Panic stricken; terrified by news.
Wén jī qǐ wǔ
Begin at cock's crow
Keen to begin a task even at daybreak. Diligent in action, losing no time.
Roughly equivalent to: The early bird catches the worm.
Wèi rú jī lèi
As tasteless as chicken ribs
A humdrum, boring activity and by extension a person lacking character. Insipid, bland.
Wèi néng miǎn sú
Bound up by conventions
Unable to do what you want because social conventions forbid it. Doing something just because it is expected.
Roughly equivalent to: Strike while the iron is hot.
Xiān zhǎn hòu zòu
Execute first, report later
Taking the initiative; acting without orders. The story is of a newly appointed magistrate who was seeking a murderer. When she was found, the magistrate had her executed on the spot in spite of she being a servant to the Emperor's sister. An execution requires the Emperor's sanction and so the magistrate was in deep trouble,. In this case the magistrate managed to escape with his life.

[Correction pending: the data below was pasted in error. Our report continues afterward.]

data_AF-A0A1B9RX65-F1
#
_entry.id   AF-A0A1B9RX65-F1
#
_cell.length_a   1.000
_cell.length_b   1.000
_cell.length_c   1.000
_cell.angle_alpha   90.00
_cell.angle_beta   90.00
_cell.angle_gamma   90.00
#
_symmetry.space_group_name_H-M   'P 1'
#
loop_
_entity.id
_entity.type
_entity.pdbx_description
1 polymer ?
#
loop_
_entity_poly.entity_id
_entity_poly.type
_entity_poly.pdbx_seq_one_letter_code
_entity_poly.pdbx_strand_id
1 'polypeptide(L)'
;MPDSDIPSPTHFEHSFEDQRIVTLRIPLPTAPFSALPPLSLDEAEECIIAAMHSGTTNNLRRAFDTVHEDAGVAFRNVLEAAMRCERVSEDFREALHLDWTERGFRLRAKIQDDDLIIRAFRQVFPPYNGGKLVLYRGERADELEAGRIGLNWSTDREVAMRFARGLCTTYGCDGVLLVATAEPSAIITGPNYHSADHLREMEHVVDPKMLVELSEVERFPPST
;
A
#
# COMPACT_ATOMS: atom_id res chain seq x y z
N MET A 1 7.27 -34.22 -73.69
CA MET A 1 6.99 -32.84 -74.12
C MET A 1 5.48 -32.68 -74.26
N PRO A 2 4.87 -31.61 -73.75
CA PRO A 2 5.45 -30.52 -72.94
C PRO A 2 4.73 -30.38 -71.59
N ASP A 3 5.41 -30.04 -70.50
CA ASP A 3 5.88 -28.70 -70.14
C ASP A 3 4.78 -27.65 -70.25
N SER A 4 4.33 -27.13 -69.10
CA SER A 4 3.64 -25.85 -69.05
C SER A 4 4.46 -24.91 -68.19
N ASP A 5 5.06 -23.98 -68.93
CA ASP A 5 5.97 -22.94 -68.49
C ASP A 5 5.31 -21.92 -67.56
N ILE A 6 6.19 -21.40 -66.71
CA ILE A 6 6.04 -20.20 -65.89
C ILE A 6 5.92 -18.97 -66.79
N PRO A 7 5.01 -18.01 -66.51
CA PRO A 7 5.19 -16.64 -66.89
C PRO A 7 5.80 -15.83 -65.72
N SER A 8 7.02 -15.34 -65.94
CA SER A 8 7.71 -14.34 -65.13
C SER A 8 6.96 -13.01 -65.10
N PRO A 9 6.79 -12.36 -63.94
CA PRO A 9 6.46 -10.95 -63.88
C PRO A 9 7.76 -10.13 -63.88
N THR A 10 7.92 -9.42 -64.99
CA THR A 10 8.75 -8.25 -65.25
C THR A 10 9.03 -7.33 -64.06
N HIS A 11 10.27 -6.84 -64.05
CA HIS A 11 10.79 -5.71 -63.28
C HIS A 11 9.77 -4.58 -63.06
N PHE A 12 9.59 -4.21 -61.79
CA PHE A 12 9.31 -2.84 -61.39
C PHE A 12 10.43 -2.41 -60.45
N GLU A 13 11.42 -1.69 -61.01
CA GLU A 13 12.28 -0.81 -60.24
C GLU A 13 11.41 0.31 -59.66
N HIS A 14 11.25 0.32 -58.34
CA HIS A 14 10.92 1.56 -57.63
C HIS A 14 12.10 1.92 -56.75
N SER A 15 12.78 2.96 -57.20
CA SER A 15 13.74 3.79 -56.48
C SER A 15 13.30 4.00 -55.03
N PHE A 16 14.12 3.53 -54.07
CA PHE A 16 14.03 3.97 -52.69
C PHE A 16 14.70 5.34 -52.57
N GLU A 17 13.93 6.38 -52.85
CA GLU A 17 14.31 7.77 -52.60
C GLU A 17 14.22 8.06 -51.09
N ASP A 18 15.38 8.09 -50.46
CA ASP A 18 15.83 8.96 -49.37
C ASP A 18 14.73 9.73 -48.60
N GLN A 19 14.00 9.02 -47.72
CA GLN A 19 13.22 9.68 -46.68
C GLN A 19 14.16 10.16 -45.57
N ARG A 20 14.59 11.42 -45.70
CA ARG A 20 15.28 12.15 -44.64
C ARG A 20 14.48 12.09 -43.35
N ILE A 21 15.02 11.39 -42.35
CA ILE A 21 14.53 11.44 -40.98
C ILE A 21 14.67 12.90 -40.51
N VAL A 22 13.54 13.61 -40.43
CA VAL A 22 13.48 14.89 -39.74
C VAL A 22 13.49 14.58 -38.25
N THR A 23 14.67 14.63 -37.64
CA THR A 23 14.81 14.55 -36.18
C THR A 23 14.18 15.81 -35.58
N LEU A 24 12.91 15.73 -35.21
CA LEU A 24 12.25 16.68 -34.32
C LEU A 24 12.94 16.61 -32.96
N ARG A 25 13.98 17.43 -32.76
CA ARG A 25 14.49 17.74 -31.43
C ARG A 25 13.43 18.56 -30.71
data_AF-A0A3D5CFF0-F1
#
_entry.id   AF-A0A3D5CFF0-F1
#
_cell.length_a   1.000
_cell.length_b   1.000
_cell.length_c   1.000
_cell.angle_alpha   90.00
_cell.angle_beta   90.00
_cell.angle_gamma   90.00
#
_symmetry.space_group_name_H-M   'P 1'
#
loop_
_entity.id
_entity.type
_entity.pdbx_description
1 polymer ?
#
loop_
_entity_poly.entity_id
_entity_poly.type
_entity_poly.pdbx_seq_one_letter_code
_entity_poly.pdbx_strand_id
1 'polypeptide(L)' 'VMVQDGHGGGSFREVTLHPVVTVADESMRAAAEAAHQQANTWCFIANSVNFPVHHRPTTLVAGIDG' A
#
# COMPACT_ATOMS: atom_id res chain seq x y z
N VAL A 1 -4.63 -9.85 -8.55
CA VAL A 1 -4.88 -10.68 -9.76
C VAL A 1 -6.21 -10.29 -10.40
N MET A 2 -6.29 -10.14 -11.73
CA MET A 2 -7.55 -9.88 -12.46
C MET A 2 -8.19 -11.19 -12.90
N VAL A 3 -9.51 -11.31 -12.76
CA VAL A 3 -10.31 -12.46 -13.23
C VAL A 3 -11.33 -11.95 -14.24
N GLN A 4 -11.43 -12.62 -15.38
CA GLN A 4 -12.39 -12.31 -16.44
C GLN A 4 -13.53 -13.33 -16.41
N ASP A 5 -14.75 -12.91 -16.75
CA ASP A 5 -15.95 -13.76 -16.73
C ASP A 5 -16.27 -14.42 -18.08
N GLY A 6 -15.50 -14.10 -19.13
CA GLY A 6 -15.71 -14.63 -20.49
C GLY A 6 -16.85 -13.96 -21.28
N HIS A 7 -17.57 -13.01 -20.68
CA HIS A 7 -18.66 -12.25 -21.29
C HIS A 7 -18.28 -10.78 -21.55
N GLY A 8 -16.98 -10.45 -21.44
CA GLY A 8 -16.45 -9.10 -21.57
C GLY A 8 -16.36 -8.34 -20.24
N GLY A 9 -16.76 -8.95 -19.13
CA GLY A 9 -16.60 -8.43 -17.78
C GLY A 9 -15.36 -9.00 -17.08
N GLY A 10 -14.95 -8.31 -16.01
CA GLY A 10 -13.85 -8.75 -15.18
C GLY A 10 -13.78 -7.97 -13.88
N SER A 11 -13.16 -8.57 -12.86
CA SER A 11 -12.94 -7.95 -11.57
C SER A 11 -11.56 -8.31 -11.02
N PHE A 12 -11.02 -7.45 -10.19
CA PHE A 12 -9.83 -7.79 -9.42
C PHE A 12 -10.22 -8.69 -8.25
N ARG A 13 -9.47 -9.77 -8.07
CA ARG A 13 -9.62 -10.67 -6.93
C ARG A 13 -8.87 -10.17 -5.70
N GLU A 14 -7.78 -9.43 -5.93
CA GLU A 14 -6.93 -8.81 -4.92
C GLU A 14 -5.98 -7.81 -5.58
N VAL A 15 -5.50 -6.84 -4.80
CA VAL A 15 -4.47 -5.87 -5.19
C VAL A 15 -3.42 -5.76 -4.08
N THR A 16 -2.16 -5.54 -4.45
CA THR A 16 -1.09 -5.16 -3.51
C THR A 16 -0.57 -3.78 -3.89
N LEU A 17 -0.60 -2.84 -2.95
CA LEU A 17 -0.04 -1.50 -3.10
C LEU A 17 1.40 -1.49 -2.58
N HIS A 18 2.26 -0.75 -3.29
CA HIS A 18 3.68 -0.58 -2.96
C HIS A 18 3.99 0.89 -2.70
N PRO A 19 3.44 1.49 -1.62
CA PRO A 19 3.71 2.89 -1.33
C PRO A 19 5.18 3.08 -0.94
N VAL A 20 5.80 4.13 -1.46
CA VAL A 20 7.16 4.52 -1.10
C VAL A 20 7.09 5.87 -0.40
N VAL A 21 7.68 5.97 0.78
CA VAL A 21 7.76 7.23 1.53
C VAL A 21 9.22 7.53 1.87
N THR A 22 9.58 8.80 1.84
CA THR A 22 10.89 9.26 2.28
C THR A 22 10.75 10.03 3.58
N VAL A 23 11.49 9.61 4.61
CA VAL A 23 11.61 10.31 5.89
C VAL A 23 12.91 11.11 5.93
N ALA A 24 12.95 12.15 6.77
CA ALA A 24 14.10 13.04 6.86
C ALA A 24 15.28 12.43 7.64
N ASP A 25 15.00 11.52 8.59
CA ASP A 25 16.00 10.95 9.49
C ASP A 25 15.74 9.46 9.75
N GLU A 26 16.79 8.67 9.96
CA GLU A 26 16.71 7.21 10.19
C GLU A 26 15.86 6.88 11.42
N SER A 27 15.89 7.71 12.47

Roughly equivalent to: Off you own bat.
Xiāng xiāo yù sǔn
Fragrance is dissipated; jade is broken
Spoken of on the death of a beautiful young woman.
Roughly equivalent to: Whom the Gods love die young.
Xiá bù yǎn yú
A speck on a jade stone can't obscure its brilliance
One small fault won't spoil the impression of an overall exceptional person.
Roughly equivalent to: Make a mountain out of a molehill.
Xià chóng yí bīng
The summer insect doubts the existence of ice
An ignorant person doesn't understand the wider truth.
Xiàng zhuāng wǔ jiàn yì zài pèi gōng
Xiang Zhuang performs the sword dance but his intention was to kill Liu Bang
An elaborate evil deception. The Duke of Pei was one of the titles of the first Han Emperor (r. 202-195BCE) Liu Bang. Xiang Zuang was a sword-fighter who intended to murder Liu Bang. In order to get close to Liu he performed a sword dance in front of him. fortunately for Liu the plot was unmasked by Fan Kuai and Liu escaped unharmed. Refers to a hidden malicious agenda.
Xiào lǐ cáng dāo
A dagger concealed in a smile